Even the most respected and recognized veteran professionals have been there: the first event. We’ve all had them, and many of us have spent years trying to forget ours. However, first events are some of the best learning experiences around. At the risk of triggering some long-suppressed memories, we talked to some of today’s top talent and asked them to describe the lessons they learned from their own first events. Here is what these brave souls shared.
It was terrible!
“Oh my…the first event. I didn’t even know anything,” says Emily Sullivan of Emily Sullivan Events. “It was terrible. It was the first seated dinner I’d ever even attended!”
However, in retrospect, Sullivan did see sparks of what would someday make her exceptional in her chosen career. She shared, “What went great is that I’m a problem solver and a ‘fake it till you make it’ kind of girl, so no one knew it was my first event or that I was afraid. I thought I was prepared, but as I look at how I prepare now, I definitely wasn’t.”
If she could go back in time and give herself advice now, she would tell herself to “think through every possibility that could occur,” said Sullivan. “I’d also do a better job speaking with vendors in advance and being prepared to deal with their questions as vendor relationships play a huge role in my events now.”
Charge What You’re Worth
CeCe Todd of CeCe Designs and Events had experience working for another business but hadn’t had to take care of all of the details herself before her first solo event. She found that she didn’t order enough flowers. “It is an art more than a science, and I continue to improve the ordering process with every wedding and event,” said Todd. However, she was encouraged by “Seeing the overall design of the room come together,” which went better than she thought it would.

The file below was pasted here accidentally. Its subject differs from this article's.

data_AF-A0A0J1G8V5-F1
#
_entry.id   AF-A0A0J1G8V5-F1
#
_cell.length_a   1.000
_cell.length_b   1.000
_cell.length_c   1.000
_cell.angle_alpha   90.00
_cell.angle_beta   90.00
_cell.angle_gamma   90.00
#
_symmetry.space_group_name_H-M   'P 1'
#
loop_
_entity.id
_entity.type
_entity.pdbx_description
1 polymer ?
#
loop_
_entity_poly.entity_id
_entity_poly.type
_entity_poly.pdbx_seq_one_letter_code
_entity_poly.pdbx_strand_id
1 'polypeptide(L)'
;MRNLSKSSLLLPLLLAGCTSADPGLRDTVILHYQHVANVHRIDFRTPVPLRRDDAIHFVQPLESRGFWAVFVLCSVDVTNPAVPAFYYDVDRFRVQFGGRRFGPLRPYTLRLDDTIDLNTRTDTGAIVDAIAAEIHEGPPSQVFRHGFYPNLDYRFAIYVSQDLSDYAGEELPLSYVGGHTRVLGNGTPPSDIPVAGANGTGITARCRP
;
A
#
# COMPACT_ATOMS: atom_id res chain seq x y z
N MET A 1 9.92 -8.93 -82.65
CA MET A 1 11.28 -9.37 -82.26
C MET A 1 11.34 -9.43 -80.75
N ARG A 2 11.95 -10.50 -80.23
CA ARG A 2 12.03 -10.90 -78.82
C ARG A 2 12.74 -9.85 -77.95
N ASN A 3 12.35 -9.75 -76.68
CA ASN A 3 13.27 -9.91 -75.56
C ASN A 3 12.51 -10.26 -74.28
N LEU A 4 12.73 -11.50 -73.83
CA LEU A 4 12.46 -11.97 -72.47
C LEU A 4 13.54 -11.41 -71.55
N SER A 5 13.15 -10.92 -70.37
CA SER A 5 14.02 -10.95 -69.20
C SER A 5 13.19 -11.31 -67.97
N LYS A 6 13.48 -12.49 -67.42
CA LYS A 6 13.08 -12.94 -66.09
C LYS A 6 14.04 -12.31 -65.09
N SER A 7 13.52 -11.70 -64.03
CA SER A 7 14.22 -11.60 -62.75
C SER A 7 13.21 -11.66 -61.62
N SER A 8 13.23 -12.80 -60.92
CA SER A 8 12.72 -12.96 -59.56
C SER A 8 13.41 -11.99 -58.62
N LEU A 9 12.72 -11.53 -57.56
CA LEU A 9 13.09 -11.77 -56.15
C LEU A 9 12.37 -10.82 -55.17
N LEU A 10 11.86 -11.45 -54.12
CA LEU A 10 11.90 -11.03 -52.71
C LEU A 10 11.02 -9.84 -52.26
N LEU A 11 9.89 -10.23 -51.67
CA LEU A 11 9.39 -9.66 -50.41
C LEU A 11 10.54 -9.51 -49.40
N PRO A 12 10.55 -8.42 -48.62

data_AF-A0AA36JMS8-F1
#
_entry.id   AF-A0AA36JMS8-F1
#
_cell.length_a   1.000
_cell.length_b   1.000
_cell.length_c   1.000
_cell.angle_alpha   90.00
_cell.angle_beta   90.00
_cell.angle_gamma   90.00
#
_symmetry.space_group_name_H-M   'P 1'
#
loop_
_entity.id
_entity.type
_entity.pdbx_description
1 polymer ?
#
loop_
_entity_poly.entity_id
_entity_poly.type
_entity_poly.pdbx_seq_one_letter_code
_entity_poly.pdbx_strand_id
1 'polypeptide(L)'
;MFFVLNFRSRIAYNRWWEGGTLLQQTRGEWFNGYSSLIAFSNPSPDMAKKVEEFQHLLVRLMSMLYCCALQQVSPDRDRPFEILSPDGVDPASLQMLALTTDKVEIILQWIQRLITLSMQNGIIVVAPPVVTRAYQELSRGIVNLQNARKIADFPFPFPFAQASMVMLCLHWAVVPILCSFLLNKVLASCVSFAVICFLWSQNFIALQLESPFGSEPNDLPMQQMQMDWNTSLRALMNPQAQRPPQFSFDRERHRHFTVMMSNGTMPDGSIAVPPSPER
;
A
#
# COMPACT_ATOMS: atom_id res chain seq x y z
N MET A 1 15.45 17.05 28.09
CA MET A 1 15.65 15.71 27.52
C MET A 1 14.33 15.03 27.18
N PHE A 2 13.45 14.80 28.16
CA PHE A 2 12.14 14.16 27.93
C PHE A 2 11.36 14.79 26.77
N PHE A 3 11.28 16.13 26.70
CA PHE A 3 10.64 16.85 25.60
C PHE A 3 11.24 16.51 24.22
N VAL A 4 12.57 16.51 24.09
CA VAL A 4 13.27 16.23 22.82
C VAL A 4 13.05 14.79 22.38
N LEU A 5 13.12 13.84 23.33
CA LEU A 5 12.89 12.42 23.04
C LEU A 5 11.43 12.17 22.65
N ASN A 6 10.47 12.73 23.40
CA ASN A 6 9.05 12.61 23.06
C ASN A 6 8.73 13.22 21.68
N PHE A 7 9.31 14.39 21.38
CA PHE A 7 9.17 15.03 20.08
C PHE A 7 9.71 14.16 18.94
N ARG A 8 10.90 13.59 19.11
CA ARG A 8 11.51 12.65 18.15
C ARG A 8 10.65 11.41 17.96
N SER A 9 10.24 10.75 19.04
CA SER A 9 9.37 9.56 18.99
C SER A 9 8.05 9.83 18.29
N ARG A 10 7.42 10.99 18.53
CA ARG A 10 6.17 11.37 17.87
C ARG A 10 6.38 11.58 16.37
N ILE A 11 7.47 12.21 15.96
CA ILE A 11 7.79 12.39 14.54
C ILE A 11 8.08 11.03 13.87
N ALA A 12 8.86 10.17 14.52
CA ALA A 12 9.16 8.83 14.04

If Todd could go back in time and give herself advice before that very first event, it would be to “Charge more! I made the mistake that so many others have, and that is thinking you have to undercharge to build your portfolio or get the job. You can create a hole for your business that is hard to crawl out of, so charge what you are worth from the beginning.”
“Even though I was in a situation of being more of an assistant for my first ever event, I experienced first hand how a ‘less than honest’ client would handle a situation where they knew they didn’t have a signed contract for absolutely everything for an event,” said Tommy Waters of The Renaissance. “There are certain times during almost every contract negotiation and creation where I remember this incredibly tense and frustrating situation.”
While his first event made him feel much more cautious about contracts, it also made him very careful in the future, which has come in handy. “Documentation should come as an automatic reflex/response,” said Waters. “My best advice is to sleep on a contract AFTER its creation and then revisit it the next day with a refreshed set of eyes to see if everything is included.”
All first events are learning experiences for events professionals. Look forward to yours, and to gaining the kind of experience that helps mold the best in the business. Also, remember – you only have to go through your first event once!
Meghan Ely is the owner of wedding PR and wedding marketing firm OFD Consulting. Ely is a sought-after speaker, adjunct professor in the field of public relations, and a self-professed royal wedding enthusiast.